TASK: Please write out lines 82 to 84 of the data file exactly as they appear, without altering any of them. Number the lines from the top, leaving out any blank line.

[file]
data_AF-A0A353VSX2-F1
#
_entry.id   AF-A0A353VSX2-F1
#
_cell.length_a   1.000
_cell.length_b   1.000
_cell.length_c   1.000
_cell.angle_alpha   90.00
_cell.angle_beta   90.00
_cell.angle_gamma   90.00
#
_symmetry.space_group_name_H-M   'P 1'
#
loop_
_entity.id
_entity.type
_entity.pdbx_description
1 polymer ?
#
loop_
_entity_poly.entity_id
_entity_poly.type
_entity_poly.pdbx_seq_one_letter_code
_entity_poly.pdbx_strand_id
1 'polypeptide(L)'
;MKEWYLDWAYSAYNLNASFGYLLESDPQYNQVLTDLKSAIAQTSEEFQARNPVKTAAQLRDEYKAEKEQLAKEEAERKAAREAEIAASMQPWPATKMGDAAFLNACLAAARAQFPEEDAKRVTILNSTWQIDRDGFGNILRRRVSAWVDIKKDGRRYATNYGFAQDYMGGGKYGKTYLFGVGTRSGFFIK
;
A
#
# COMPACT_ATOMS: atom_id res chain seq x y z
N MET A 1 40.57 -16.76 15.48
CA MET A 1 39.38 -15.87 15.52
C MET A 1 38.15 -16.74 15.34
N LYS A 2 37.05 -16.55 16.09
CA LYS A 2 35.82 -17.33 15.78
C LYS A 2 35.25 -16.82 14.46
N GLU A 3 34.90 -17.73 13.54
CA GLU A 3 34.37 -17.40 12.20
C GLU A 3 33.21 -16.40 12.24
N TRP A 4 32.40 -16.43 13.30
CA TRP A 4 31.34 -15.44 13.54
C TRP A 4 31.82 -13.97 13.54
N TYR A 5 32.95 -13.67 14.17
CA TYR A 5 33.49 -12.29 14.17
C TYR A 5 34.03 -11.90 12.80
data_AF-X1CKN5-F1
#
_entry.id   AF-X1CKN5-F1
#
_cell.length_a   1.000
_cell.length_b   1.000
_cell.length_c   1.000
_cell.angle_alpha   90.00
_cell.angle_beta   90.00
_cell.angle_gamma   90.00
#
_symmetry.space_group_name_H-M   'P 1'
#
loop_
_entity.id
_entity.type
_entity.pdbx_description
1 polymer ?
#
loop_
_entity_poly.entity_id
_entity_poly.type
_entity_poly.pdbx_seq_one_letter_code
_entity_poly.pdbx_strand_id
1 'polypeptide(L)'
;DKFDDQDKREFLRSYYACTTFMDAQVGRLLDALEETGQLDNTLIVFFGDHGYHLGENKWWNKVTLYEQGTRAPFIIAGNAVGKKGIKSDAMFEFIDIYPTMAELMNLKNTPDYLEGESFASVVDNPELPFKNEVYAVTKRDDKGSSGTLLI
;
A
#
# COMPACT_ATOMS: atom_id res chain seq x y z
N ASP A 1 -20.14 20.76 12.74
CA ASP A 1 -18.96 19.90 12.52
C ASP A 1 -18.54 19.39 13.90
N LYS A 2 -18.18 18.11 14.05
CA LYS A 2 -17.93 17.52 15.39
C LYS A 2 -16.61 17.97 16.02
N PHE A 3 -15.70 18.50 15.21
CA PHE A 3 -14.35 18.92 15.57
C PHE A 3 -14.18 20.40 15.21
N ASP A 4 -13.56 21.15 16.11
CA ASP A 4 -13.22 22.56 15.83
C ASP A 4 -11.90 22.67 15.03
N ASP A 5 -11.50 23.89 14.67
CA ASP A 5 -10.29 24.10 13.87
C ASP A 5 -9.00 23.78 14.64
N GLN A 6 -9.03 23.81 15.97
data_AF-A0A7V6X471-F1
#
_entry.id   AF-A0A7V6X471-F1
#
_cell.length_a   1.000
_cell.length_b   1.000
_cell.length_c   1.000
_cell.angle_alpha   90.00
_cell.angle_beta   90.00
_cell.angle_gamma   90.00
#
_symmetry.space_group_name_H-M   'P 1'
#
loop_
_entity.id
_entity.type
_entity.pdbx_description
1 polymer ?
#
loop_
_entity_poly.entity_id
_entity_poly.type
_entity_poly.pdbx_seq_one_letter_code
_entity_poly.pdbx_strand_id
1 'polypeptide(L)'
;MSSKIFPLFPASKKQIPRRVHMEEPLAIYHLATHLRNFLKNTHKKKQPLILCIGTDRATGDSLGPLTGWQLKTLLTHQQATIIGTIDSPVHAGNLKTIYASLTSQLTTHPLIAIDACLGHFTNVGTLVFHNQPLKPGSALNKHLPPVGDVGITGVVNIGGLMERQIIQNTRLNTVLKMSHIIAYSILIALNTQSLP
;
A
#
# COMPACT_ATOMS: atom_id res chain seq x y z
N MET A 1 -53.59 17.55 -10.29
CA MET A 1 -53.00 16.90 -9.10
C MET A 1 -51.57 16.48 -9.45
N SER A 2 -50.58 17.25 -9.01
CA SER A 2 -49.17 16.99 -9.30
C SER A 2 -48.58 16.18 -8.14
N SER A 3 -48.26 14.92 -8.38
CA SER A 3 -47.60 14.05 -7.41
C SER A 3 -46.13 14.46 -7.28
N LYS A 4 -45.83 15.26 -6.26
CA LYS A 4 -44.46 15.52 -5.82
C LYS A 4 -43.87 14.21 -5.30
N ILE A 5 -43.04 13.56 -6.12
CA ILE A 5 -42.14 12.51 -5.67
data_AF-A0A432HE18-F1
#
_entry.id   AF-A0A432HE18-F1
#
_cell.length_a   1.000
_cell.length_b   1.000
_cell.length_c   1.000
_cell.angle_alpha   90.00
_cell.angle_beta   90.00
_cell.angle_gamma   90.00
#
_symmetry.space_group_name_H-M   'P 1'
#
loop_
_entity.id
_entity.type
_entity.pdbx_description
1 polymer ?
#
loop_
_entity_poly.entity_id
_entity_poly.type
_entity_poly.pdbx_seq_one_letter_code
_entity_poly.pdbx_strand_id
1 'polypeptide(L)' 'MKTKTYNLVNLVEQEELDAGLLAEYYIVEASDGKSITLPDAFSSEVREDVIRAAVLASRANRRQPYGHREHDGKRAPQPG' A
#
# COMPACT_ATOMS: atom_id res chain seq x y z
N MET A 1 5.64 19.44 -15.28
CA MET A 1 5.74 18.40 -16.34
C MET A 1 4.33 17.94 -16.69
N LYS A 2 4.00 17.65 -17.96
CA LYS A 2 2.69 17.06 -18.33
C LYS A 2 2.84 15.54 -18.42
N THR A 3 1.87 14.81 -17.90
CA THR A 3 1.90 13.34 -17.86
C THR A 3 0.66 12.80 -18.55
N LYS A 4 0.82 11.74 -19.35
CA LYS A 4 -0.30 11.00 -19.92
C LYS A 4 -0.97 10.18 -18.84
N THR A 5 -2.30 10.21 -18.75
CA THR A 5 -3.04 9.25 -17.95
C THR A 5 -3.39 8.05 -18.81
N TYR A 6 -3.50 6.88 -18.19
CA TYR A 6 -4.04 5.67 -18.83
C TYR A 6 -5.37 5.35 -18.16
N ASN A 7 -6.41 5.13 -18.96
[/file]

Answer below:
N PHE A 3 -15.70 18.50 15.21
CA PHE A 3 -14.35 18.92 15.57
C PHE A 3 -14.18 20.40 15.21